Role of counselling services on parents with children with disabilities in Lusaka, Zambia.

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Musuka, E. M. Maria
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The University of Zambia
Every parent has great dreams and expectations of a healthy, bouncy baby in their marriage. These dreams are shattered when the baby is born with a disability. There is shock and grief and this disappointment is harder in Africa where some societies still believe that it is an abomination and punishment from the gods for something sinful that the family had done. Thus such parents and their siblings face social stigma, exploitation, and discrimination. The grieving of parents of children with disabilities is common and universal. Counselling services assist grieving parents to heal and come to terms with the situation. Counselling helps parents of children with disabilities to be empowered and understand the human rights, know the channels to seek justice and stand up to fight in order to enable their children access the social facilities in all dimensions of life. When the parents are healed and live fulfilled and self actualized lives, then their children with disabilities will benefit and grow up to live quality lives. Counselling is not a new concept in Africa; it is as old as Africa itself. The wisdom and knowledge imparted by elderly men and women on the younger members of the society was part of continuous guidance and counselling in preparation for the future. Counselling was available to all at different stages of life. However, there is a contrast as regards counselling parents of children with disabilities because of the cultural beliefs in Africa. The communal aspect of ‘I am because you are” “umuntu” is overshadowed and there are negative attitudes towards people with disabilities. This causes grief and anguish that need counselling services. The purpose of this study was to find out the role of counselling services, whether there are institutions that offer counselling services to parents of children with disabilities, do parents of children with disabilities receive counselling services and how effective these are in Lusaka. The study sample was 17 parents of children with disabilities. A purposive sampling technique was utilized due to rich-in-depth information that was to be obtained for the researcher. The interviews carried out with these parents at Hidden Voice revealed that most of the parents of persons with disabilities do not have counselling services and face attitudinal barriers that is behaviours, perceptions and assumptions that discriminate against persons with disabilities including prejudice, low expectations and even fear within their communities. Negative attitudes about their children‘s disabilities impact on all aspects of their lives and so need counselling services and empowerment in order to cope with the situation appropriately. Finally, recommendations were made to the government, non-governmental organisations and to the parents of children with disabilities.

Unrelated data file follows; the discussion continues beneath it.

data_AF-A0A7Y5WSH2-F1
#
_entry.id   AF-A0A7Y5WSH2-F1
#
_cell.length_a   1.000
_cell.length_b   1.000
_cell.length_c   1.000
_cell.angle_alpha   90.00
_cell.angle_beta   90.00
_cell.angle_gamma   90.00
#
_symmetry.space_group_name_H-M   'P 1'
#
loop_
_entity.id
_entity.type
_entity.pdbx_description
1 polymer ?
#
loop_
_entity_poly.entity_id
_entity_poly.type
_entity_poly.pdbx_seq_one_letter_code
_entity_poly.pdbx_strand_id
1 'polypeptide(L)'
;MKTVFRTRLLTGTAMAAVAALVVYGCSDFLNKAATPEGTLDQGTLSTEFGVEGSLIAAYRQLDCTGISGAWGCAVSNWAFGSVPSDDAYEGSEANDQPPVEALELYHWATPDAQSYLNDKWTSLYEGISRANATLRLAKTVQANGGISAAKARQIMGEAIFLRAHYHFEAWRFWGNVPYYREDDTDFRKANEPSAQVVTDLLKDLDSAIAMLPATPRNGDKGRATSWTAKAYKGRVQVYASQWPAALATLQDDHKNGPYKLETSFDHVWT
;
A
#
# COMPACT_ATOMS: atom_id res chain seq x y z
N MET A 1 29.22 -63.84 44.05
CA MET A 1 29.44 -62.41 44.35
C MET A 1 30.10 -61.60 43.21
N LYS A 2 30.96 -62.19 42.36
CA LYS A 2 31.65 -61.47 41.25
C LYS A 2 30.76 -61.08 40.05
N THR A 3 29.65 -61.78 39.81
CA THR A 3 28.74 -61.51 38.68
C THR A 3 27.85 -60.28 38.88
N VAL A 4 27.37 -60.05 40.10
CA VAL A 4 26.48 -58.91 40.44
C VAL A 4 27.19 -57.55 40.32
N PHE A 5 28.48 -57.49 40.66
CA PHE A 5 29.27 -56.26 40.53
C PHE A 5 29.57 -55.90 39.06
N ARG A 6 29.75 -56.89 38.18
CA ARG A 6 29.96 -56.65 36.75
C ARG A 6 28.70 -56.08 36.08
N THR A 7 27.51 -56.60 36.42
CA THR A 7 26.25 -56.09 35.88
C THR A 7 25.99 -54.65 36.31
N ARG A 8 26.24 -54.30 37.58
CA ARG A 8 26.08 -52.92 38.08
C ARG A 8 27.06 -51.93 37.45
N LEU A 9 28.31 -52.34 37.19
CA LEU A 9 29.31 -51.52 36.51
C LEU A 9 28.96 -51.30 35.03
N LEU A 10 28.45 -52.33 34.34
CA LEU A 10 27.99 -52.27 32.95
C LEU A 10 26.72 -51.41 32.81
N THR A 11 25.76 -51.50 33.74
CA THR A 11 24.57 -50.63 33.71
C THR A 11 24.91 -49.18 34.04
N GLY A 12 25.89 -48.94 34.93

Children with disabilities--Psychology. , Chronically ill children--Family relationships. , Counselling parents of children with disability.